7 Div. 665.
November 9, 1920.
Appeal from Circuit Court, Etowah County; W.J. Martin, Judge.
Action by Mary E. Rossell against the Tennessee, Alabama Georgia Railway Company, for damages suffered while a passenger. Judgement for plaintiff, and defendant appeals. Affirmed.
The following is the complaint:
Count 1. The plaintiff claims of the defendant corporation the sum of $2,000, as damages, for that on, to wit, the 9th day of August, 1919, while plaintiff was a passenger on one of defendant's trains, which defendant operated for the carriage of passengers in Etowah county, Ala., one of the windows of said passenger car dropped or fell on plaintiff's right arm, causing plaintiff to be severely shocked and bruised, and to suffer much physical and mental pain, and for some time plaintiff will be unable to use her arm, much to her discomfort and damage. Plaintiff avers that her injury was proximate, and caused by defendant through its servants or agents, in negligently permitting, causing, or allowing said window to fall on plaintiff's arm.
Count 2. The plaintiff adopts all of count 1 as a part of count 2 from the beginning down to and including the words "much to her discomfort and damage," where the same appear together, and aver in addition thereto as follows: Plaintiff avers that her injuries were the proximate result of the willful and wanton conduct of defendant's agents or servants, which conduct consisted in this, that defendant's agents or servants in charge of the passenger car in which plaintiff was a passenger knew that the window where plaintiff was sitting would fall when the train began to move if left up, and knew that passengers would probably be in position to be injured by it falling, and still with a knowledge of these circumstances and conditions, defendant's said agents or servants, with a reckless disregard and indifference to the consequences, raised or permitted said window to be raised and remain in that condition till said train started from the depot at Gadsden, Ala., and said window fell as stated, and caused plaintiff the damages as aforesaid.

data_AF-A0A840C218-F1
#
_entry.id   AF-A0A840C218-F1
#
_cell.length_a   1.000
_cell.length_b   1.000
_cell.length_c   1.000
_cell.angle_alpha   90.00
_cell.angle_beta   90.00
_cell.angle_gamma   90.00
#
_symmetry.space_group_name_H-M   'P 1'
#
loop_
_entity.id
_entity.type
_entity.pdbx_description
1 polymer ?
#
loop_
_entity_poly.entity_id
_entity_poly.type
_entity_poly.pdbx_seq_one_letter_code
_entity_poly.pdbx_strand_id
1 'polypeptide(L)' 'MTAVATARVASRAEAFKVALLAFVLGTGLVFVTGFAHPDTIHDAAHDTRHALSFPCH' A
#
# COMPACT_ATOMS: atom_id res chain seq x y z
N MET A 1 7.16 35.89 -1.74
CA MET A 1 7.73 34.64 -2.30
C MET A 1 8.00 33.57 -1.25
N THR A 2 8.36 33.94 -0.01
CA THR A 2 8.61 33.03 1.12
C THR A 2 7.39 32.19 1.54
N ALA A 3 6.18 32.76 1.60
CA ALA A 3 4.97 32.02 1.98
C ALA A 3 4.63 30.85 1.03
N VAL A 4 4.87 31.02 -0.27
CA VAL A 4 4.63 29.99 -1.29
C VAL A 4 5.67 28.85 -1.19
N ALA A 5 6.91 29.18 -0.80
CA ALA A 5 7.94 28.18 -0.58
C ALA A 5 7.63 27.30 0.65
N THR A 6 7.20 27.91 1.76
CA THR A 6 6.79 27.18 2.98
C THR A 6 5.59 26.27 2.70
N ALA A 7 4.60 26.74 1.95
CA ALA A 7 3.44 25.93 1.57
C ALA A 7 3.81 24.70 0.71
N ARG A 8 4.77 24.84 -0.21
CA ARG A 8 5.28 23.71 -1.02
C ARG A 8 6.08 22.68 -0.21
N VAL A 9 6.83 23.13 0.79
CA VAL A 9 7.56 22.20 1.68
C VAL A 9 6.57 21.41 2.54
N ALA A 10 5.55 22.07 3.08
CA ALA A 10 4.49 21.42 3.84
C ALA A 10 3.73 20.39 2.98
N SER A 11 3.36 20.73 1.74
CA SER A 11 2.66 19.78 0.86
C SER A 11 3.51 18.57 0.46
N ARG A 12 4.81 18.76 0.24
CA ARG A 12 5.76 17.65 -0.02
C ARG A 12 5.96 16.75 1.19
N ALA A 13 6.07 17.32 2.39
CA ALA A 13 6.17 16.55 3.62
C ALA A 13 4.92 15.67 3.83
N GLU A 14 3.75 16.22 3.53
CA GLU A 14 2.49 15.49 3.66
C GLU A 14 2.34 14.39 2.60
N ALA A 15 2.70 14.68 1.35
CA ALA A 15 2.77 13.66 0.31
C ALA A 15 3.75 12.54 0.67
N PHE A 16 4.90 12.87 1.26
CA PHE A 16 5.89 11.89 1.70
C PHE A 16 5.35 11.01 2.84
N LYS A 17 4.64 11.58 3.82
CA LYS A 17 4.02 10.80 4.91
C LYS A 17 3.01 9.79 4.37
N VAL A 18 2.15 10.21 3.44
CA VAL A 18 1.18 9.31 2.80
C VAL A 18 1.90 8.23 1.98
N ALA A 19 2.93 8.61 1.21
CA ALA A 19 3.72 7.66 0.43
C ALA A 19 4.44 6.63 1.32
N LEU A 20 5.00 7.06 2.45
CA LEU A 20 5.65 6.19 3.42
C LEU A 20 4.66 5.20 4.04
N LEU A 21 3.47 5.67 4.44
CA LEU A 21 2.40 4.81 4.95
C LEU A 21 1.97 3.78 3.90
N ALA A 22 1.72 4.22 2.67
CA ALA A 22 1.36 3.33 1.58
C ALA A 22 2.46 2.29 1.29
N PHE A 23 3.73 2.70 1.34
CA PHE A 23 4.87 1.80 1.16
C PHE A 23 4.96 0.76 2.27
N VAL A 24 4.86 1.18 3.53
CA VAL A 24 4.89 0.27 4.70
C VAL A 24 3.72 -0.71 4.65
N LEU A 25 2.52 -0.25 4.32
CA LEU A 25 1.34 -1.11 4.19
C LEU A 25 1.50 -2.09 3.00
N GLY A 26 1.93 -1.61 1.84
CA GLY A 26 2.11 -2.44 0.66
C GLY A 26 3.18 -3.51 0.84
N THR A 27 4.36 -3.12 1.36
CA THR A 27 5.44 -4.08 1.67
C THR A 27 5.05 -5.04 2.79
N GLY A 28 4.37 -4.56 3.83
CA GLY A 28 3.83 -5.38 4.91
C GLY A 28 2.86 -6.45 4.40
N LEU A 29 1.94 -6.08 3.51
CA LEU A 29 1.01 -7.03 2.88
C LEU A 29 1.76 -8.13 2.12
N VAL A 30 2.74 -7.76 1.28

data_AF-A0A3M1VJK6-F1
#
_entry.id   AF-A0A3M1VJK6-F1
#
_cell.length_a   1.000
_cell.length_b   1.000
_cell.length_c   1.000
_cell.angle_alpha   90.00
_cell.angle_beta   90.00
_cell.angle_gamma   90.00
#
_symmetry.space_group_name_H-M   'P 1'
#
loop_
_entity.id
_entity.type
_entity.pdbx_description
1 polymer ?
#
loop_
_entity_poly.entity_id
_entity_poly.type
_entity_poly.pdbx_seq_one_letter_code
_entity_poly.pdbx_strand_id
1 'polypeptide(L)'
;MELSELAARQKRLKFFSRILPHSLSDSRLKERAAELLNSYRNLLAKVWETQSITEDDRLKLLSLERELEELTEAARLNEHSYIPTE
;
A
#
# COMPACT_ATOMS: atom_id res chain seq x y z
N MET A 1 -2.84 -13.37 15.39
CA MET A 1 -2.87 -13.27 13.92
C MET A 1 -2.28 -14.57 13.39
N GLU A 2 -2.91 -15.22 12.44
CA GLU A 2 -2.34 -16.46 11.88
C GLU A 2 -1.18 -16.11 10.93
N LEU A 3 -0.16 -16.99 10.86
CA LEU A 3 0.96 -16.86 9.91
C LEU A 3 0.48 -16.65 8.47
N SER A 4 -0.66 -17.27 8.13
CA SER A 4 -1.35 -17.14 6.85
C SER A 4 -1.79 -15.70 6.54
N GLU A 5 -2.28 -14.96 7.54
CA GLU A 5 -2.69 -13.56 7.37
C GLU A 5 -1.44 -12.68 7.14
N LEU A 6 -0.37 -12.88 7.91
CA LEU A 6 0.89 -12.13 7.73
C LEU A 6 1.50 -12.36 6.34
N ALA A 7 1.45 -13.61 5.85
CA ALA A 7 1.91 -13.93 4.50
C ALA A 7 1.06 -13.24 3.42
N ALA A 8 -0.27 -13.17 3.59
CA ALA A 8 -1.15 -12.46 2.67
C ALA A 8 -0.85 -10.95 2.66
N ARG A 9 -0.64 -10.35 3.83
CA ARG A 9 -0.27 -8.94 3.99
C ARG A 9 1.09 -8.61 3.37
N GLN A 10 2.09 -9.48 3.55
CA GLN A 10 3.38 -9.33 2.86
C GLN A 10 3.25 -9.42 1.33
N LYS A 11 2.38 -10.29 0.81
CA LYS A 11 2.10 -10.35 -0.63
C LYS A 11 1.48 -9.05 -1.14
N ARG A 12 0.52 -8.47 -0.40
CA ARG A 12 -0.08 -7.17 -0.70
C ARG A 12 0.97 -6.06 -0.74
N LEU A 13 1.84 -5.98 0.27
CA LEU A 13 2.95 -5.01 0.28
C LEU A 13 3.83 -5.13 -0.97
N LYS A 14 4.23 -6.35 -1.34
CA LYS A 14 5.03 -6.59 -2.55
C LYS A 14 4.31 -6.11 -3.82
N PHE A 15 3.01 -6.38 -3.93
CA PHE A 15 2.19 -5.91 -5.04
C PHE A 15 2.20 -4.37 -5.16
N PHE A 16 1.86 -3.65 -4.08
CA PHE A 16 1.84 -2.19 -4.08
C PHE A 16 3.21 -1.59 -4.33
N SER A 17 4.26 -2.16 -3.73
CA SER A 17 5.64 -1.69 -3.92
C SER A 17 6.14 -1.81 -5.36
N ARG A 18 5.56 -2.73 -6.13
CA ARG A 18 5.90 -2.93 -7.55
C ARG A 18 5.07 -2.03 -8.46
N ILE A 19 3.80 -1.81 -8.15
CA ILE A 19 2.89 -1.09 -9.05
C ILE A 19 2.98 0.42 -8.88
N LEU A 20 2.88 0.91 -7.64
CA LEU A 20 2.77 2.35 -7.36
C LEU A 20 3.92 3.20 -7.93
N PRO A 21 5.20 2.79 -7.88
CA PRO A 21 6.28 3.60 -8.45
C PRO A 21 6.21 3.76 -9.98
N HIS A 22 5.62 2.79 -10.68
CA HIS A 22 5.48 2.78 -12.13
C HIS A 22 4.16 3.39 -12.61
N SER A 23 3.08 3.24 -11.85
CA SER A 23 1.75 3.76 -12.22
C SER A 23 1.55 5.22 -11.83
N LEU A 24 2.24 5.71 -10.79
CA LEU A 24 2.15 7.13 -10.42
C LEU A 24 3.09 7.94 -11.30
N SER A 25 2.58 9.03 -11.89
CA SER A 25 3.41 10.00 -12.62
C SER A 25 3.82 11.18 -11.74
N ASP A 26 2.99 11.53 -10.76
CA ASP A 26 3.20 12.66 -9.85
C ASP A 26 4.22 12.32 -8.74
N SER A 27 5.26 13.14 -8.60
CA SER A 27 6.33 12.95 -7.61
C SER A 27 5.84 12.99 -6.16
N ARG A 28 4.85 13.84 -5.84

The charge made the basis of the seventh assignment of error is as follows: